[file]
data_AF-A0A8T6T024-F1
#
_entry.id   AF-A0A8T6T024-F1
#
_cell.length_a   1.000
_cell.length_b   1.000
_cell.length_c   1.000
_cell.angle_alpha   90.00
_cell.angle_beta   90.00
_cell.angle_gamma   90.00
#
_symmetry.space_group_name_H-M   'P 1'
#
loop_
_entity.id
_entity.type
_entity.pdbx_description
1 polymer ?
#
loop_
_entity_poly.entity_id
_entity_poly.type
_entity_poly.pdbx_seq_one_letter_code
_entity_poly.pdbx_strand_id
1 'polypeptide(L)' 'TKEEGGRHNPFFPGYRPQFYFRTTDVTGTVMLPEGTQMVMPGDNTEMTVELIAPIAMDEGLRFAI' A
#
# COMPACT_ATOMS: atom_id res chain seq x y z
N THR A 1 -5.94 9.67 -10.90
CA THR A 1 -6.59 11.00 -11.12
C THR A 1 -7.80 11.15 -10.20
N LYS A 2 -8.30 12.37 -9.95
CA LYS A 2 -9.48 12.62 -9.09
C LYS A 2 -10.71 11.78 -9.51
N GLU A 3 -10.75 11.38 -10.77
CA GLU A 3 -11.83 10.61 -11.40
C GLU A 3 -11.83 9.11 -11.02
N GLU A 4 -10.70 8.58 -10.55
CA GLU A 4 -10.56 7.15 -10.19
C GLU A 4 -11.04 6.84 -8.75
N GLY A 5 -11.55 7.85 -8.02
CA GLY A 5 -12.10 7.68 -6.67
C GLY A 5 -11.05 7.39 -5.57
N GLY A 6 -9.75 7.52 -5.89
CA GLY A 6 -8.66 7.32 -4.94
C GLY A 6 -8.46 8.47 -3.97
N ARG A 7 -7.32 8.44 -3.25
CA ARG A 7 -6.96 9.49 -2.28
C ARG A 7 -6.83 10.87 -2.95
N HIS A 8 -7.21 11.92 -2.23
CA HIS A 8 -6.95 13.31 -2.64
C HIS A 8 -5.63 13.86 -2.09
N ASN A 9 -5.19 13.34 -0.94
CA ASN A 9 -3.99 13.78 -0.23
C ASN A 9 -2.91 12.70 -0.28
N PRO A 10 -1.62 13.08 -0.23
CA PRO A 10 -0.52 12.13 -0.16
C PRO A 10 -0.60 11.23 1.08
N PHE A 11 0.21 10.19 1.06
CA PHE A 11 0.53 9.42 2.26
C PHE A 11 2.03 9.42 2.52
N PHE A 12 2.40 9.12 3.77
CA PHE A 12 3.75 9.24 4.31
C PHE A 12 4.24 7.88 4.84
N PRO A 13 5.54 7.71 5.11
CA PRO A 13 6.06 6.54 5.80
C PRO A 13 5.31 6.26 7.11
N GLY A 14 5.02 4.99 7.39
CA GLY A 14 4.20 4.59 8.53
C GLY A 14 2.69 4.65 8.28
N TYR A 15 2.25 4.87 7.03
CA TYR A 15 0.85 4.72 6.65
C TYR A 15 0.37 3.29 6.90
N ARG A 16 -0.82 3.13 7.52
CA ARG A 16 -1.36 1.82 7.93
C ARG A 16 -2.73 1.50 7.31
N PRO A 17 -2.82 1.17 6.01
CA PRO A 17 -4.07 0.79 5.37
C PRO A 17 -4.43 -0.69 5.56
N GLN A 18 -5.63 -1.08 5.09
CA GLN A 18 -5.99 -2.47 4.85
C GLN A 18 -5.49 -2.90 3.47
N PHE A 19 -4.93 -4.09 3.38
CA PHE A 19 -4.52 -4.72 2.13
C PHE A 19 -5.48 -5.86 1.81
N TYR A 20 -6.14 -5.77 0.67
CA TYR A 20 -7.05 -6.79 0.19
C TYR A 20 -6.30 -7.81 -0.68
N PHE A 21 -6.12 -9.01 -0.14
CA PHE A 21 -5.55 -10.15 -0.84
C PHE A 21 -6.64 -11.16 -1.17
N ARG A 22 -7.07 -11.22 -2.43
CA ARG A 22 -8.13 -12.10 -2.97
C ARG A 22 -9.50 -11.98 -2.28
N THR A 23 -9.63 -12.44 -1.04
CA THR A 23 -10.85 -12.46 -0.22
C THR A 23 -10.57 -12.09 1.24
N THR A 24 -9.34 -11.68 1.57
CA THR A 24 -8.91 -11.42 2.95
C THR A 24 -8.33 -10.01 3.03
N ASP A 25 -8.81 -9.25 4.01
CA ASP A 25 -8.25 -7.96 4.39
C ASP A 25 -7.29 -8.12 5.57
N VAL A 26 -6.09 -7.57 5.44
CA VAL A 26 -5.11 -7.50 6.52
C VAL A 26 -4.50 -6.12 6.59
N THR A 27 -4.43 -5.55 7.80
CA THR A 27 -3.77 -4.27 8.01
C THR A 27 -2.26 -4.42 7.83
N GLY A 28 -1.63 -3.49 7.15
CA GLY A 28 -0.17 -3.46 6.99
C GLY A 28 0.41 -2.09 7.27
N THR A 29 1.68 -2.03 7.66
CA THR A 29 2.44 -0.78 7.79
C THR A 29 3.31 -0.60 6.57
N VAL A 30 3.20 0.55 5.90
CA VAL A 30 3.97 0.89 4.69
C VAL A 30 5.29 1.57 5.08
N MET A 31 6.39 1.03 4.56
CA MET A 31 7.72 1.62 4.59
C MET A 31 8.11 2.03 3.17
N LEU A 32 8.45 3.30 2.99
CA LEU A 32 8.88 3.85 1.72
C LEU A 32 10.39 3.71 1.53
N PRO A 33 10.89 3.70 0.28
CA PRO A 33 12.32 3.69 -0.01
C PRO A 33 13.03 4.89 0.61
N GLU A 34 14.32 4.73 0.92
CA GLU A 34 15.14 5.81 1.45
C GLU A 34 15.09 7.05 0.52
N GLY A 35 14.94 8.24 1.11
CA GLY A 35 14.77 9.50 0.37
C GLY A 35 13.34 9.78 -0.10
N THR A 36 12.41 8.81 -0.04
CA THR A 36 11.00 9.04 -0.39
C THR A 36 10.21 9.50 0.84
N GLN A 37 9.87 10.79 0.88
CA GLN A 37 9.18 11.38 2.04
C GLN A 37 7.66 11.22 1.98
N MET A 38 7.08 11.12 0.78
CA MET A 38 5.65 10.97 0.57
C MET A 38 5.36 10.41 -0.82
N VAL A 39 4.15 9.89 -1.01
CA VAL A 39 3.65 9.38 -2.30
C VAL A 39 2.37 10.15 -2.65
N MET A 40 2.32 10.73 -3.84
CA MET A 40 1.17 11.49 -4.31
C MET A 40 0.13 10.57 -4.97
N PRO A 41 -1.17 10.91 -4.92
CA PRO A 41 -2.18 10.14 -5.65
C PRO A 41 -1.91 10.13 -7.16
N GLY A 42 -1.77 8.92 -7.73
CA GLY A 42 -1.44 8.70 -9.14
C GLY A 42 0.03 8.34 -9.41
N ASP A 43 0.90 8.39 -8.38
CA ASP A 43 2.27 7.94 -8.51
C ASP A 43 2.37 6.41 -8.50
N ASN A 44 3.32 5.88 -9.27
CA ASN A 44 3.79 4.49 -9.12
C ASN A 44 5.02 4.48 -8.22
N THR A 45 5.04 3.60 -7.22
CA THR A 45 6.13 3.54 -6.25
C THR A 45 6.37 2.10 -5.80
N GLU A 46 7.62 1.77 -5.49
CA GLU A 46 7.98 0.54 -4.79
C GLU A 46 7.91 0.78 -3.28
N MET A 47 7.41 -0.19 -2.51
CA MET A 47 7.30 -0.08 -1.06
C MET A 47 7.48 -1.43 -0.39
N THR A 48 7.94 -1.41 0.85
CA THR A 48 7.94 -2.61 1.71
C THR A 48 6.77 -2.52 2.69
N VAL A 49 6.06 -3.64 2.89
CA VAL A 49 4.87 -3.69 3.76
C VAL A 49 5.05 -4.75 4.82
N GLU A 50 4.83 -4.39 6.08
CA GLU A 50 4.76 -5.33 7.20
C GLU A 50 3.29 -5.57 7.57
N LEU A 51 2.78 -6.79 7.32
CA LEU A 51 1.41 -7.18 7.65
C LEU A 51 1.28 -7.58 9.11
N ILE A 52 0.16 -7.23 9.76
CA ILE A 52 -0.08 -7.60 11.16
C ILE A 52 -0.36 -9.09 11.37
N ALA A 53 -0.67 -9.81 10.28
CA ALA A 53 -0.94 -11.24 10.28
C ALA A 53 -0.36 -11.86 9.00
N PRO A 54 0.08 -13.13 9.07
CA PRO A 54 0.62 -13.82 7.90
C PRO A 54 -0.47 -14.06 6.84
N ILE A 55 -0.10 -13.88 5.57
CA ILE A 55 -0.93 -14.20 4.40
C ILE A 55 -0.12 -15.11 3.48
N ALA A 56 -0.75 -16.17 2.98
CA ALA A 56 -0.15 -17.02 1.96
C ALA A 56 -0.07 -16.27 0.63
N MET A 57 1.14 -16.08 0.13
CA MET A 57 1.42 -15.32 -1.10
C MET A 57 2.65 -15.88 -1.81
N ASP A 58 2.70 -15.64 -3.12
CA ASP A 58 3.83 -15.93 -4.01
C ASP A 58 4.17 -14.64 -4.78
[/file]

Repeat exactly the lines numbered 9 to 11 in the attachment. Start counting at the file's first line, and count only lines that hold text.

_cell.angle_beta   90.00
_cell.angle_gamma   90.00
#